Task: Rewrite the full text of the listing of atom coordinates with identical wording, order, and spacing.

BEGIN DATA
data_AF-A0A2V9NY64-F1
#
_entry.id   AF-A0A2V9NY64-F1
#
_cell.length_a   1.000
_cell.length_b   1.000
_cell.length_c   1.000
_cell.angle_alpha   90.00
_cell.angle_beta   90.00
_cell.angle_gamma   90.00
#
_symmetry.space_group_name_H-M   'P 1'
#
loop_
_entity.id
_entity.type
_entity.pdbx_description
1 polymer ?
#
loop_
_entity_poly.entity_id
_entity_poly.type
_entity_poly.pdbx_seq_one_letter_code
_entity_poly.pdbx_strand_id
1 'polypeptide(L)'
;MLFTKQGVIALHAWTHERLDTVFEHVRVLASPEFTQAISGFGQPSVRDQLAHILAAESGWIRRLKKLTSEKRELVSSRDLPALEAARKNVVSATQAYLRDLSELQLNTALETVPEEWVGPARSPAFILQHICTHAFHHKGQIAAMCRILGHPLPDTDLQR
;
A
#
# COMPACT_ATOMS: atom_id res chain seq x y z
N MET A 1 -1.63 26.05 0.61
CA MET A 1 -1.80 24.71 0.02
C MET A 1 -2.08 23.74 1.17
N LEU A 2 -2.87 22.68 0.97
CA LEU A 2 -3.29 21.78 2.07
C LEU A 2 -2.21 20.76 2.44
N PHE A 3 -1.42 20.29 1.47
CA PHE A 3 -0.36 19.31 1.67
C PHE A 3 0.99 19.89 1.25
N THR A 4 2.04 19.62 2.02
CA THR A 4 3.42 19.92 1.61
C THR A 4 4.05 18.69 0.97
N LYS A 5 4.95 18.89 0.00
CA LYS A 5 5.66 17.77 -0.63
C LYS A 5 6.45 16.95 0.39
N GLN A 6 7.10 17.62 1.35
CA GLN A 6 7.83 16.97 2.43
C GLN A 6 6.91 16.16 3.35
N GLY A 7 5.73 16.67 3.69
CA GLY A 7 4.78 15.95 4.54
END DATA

data_AF-A0A2V9NY64-F1
#
_entry.id   AF-A0A2V9NY64-F1
#
_cell.length_a   1.000
_cell.length_b   1.000
_cell.length_c   1.000
_cell.angle_alpha   90.00
_cell.angle_beta   90.00
_cell.angle_gamma   90.00
#
_symmetry.space_group_name_H-M   'P 1'
#
loop_
_entity.id
_entity.type
_entity.pdbx_description
1 polymer ?
#
loop_
_entity_poly.entity_id
_entity_poly.type
_entity_poly.pdbx_seq_one_letter_code
_entity_poly.pdbx_strand_id
1 'polypeptide(L)'
;MLFTKQGVIALHAWTHERLDTVFEHVRVLASPEFTQAISGFGQPSVRDQLAHILAAESGWIRRLKKLTSEKRELVSSRDLPALEAARKNVVSATQAYLRDLSELQLNTALETVPEEWVGPARSPAFILQHICTHAFHHKGQIAAMCRILGHPLPDTDLQR
;
A
#
# COMPACT_ATOMS: atom_id res chain seq x y z
N MET A 1 -1.63 26.05 0.61
CA MET A 1 -1.80 24.71 0.02
C MET A 1 -2.08 23.74 1.17
N LEU A 2 -2.87 22.68 0.97
CA LEU A 2 -3.29 21.78 2.07
C LEU A 2 -2.21 20.76 2.44
N PHE A 3 -1.42 20.29 1.47
CA PHE A 3 -0.36 19.31 1.67
C PHE A 3 0.99 19.89 1.25
N THR A 4 2.04 19.62 2.02
CA THR A 4 3.42 19.92 1.61
C THR A 4 4.05 18.69 0.97
N LYS A 5 4.95 18.89 0.00
CA LYS A 5 5.66 17.77 -0.63
C LYS A 5 6.45 16.95 0.39
N GLN A 6 7.10 17.62 1.35
CA GLN A 6 7.83 16.97 2.43
C GLN A 6 6.91 16.16 3.35
N GLY A 7 5.73 16.67 3.69
CA GLY A 7 4.78 15.95 4.54